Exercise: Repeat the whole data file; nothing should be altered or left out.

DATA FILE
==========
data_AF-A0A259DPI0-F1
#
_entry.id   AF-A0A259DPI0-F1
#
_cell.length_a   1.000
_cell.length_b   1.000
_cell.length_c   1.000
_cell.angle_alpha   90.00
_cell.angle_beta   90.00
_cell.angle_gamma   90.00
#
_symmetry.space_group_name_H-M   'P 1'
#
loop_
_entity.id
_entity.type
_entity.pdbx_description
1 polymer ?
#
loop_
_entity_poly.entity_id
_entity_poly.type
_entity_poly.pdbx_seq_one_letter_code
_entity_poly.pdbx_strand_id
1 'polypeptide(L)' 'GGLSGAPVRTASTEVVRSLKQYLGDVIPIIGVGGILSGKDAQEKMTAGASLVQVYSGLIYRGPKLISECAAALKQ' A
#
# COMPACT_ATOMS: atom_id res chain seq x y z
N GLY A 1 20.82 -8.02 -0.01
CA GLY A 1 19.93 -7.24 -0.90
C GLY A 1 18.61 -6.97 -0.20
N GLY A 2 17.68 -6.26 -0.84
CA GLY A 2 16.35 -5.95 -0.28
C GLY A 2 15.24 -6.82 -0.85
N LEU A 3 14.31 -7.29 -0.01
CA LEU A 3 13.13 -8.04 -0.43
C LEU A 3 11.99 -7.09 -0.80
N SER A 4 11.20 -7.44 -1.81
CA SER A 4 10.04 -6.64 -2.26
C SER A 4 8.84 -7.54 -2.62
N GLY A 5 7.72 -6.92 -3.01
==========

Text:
data_AF-A0A259DPI0-F1
#
_entry.id   AF-A0A259DPI0-F1
#
_cell.length_a   1.000
_cell.length_b   1.000
_cell.length_c   1.000
_cell.angle_alpha   90.00
_cell.angle_beta   90.00
_cell.angle_gamma   90.00
#
_symmetry.space_group_name_H-M   'P 1'
#
loop_
_entity.id
_entity.type
_entity.pdbx_description
1 polymer ?
#
loop_
_entity_poly.entity_id
_entity_poly.type
_entity_poly.pdbx_seq_one_letter_code
_entity_poly.pdbx_strand_id
1 'polypeptide(L)' 'GGLSGAPVRTASTEVVRSLKQYLGDVIPIIGVGGILSGKDAQEKMTAGASLVQVYSGLIYRGPKLISECAAALKQ' A
#
# COMPACT_ATOMS: atom_id res chain seq x y z
N GLY A 1 20.82 -8.02 -0.01
CA GLY A 1 19.93 -7.24 -0.90
C GLY A 1 18.61 -6.97 -0.20
N GLY A 2 17.68 -6.26 -0.84
CA GLY A 2 16.35 -5.95 -0.28
C GLY A 2 15.24 -6.82 -0.85
N LEU A 3 14.31 -7.29 -0.01
CA LEU A 3 13.13 -8.04 -0.43
C LEU A 3 11.99 -7.09 -0.80
N SER A 4 11.20 -7.44 -1.81
CA SER A 4 10.04 -6.64 -2.26
C SER A 4 8.84 -7.54 -2.62
N GLY A 5 7.72 -6.92 -3.01